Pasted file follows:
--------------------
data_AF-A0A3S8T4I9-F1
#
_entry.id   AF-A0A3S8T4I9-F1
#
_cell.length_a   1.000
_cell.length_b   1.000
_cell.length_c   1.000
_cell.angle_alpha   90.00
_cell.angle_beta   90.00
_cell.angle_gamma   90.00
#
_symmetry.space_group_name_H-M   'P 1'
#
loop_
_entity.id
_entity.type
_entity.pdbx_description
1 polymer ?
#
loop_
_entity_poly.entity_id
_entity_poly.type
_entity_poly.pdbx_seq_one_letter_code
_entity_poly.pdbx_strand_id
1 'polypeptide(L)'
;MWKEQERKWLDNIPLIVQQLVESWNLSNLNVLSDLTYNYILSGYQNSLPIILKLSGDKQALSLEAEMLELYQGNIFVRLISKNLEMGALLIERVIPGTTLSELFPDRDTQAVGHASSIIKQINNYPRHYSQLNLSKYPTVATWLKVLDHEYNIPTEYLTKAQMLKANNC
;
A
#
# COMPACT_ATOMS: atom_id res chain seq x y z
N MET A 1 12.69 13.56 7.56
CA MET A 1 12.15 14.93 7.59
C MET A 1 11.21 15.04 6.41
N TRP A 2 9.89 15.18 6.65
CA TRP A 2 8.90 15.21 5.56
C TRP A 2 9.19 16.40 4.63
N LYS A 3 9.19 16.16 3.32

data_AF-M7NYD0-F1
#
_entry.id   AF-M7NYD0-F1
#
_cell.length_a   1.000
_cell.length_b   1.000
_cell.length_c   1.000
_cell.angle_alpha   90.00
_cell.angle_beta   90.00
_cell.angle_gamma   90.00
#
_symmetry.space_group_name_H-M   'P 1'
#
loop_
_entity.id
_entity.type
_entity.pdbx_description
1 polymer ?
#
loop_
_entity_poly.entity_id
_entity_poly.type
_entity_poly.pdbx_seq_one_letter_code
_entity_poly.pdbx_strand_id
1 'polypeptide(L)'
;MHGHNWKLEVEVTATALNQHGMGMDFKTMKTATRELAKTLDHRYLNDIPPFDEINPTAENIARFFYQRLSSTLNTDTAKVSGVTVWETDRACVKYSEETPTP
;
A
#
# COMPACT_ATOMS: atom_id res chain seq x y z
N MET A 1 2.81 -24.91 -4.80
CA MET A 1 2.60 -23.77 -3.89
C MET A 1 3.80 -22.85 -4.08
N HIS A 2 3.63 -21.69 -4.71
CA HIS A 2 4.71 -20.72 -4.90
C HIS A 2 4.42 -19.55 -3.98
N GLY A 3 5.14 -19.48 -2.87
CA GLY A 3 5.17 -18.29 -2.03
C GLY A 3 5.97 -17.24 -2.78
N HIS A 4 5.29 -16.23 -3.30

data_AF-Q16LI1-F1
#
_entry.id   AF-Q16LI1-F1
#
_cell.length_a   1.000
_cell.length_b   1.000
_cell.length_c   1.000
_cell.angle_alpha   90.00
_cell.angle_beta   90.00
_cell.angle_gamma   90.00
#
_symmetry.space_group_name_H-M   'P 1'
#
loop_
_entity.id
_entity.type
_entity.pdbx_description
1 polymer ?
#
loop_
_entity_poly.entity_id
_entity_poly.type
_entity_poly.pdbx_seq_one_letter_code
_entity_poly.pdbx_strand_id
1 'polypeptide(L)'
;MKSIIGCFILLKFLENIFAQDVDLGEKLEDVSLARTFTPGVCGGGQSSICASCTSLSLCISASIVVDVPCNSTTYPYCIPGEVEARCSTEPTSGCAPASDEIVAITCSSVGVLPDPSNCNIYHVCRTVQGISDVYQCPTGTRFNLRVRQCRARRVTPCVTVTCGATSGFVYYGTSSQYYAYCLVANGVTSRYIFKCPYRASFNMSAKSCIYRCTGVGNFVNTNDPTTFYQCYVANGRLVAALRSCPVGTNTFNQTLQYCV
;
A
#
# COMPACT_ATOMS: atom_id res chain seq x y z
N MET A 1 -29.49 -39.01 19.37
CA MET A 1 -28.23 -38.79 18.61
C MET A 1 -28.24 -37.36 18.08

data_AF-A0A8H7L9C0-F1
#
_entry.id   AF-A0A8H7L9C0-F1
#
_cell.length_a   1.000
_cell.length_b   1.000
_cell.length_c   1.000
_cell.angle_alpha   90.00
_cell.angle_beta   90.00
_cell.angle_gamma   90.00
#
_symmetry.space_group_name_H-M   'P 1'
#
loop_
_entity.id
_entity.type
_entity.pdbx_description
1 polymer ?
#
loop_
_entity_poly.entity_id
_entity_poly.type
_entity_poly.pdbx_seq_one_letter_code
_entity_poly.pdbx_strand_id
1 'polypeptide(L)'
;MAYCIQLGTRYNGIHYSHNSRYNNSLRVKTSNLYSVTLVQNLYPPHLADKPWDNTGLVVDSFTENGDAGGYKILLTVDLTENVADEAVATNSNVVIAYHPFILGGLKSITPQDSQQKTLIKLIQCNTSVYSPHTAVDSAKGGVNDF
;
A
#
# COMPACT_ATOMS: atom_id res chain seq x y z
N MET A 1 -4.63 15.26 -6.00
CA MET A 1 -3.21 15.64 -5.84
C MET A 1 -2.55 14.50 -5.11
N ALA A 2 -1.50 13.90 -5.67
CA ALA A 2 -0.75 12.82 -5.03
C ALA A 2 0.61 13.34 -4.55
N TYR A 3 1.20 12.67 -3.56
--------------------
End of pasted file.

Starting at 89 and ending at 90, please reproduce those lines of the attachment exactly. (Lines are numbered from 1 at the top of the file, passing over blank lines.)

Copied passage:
_symmetry.space_group_name_H-M   'P 1'
#